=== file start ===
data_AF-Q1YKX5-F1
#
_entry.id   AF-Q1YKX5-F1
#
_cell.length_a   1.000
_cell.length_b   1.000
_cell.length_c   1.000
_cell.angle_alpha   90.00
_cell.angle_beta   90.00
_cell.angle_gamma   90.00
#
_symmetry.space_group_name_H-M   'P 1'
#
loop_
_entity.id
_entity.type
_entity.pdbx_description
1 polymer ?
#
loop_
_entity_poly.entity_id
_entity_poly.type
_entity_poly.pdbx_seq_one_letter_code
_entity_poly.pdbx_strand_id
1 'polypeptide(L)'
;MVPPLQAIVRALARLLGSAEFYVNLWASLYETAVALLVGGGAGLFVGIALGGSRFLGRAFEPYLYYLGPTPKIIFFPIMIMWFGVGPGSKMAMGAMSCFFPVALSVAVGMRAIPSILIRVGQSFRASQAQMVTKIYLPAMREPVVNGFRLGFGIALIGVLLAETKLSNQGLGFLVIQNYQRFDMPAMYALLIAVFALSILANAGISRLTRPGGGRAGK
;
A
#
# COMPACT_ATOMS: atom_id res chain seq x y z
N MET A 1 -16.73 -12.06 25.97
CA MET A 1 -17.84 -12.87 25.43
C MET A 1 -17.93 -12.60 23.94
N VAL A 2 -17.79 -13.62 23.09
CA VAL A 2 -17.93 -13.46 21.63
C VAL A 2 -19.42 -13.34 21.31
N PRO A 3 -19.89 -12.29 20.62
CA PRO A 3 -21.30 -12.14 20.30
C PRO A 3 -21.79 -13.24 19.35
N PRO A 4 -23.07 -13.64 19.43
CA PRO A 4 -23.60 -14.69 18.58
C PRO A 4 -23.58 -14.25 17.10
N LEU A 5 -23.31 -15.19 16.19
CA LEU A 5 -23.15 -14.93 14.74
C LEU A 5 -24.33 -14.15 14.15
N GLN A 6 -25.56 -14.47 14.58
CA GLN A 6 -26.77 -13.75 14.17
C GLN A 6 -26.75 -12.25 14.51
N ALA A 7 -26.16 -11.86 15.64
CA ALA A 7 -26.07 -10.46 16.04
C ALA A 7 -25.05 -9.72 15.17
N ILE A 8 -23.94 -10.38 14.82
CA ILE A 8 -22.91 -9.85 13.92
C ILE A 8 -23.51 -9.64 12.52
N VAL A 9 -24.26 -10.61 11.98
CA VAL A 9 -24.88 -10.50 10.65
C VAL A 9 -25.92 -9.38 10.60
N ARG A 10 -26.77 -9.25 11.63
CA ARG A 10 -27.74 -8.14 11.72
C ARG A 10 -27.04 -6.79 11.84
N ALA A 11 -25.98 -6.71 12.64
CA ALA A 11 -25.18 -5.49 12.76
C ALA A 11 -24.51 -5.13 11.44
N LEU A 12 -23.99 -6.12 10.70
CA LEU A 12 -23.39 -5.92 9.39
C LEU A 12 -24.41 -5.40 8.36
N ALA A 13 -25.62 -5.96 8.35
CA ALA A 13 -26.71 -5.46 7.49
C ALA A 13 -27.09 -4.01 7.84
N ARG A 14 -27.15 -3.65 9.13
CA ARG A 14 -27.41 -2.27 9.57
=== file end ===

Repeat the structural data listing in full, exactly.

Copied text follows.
data_AF-Q1YKX5-F1
#
_entry.id   AF-Q1YKX5-F1
#
_cell.length_a   1.000
_cell.length_b   1.000
_cell.length_c   1.000
_cell.angle_alpha   90.00
_cell.angle_beta   90.00
_cell.angle_gamma   90.00
#
_symmetry.space_group_name_H-M   'P 1'
#
loop_
_entity.id
_entity.type
_entity.pdbx_description
1 polymer ?
#
loop_
_entity_poly.entity_id
_entity_poly.type
_entity_poly.pdbx_seq_one_letter_code
_entity_poly.pdbx_strand_id
1 'polypeptide(L)'
;MVPPLQAIVRALARLLGSAEFYVNLWASLYETAVALLVGGGAGLFVGIALGGSRFLGRAFEPYLYYLGPTPKIIFFPIMIMWFGVGPGSKMAMGAMSCFFPVALSVAVGMRAIPSILIRVGQSFRASQAQMVTKIYLPAMREPVVNGFRLGFGIALIGVLLAETKLSNQGLGFLVIQNYQRFDMPAMYALLIAVFALSILANAGISRLTRPGGGRAGK
;
A
#
# COMPACT_ATOMS: atom_id res chain seq x y z
N MET A 1 -16.73 -12.06 25.97
CA MET A 1 -17.84 -12.87 25.43
C MET A 1 -17.93 -12.60 23.94
N VAL A 2 -17.79 -13.62 23.09
CA VAL A 2 -17.93 -13.46 21.63
C VAL A 2 -19.42 -13.34 21.31
N PRO A 3 -19.89 -12.29 20.62
CA PRO A 3 -21.30 -12.14 20.30
C PRO A 3 -21.79 -13.24 19.35
N PRO A 4 -23.07 -13.64 19.43
CA PRO A 4 -23.60 -14.69 18.58
C PRO A 4 -23.58 -14.25 17.10
N LEU A 5 -23.31 -15.19 16.19
CA LEU A 5 -23.15 -14.93 14.74
C LEU A 5 -24.33 -14.15 14.15
N GLN A 6 -25.56 -14.47 14.58
CA GLN A 6 -26.77 -13.75 14.17
C GLN A 6 -26.75 -12.25 14.51
N ALA A 7 -26.16 -11.86 15.64
CA ALA A 7 -26.07 -10.46 16.04
C ALA A 7 -25.05 -9.72 15.17
N ILE A 8 -23.94 -10.38 14.82
CA ILE A 8 -22.91 -9.85 13.92
C ILE A 8 -23.51 -9.64 12.52
N VAL A 9 -24.26 -10.61 11.98
CA VAL A 9 -24.88 -10.50 10.65
C VAL A 9 -25.92 -9.38 10.60
N ARG A 10 -26.77 -9.25 11.63
CA ARG A 10 -27.74 -8.14 11.72
C ARG A 10 -27.04 -6.79 11.84
N ALA A 11 -25.98 -6.71 12.64
CA ALA A 11 -25.18 -5.49 12.76
C ALA A 11 -24.51 -5.13 11.44
N LEU A 12 -23.99 -6.12 10.70
CA LEU A 12 -23.39 -5.92 9.39
C LEU A 12 -24.41 -5.40 8.36
N ALA A 13 -25.62 -5.96 8.35
CA ALA A 13 -26.71 -5.46 7.49
C ALA A 13 -27.09 -4.01 7.84
N ARG A 14 -27.15 -3.65 9.13
CA ARG A 14 -27.41 -2.27 9.57